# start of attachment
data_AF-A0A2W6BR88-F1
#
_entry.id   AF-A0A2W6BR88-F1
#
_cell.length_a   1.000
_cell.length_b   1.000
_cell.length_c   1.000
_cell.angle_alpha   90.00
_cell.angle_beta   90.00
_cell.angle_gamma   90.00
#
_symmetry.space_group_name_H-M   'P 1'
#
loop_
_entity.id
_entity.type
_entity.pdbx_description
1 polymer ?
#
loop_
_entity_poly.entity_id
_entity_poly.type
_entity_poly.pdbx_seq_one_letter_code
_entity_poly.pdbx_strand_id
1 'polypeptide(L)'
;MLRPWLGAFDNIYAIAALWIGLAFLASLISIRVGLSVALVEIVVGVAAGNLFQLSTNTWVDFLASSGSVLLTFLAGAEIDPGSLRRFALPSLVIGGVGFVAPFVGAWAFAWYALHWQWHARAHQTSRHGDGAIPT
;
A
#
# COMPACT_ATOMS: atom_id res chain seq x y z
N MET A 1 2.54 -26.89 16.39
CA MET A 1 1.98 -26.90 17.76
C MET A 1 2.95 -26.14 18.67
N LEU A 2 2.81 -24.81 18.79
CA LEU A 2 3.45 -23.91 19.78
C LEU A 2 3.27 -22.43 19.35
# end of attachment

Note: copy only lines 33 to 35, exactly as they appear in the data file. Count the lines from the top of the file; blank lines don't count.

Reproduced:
C MET A 1 2.95 -26.14 18.67
N LEU A 2 2.81 -24.81 18.79
CA LEU A 2 3.45 -23.91 19.78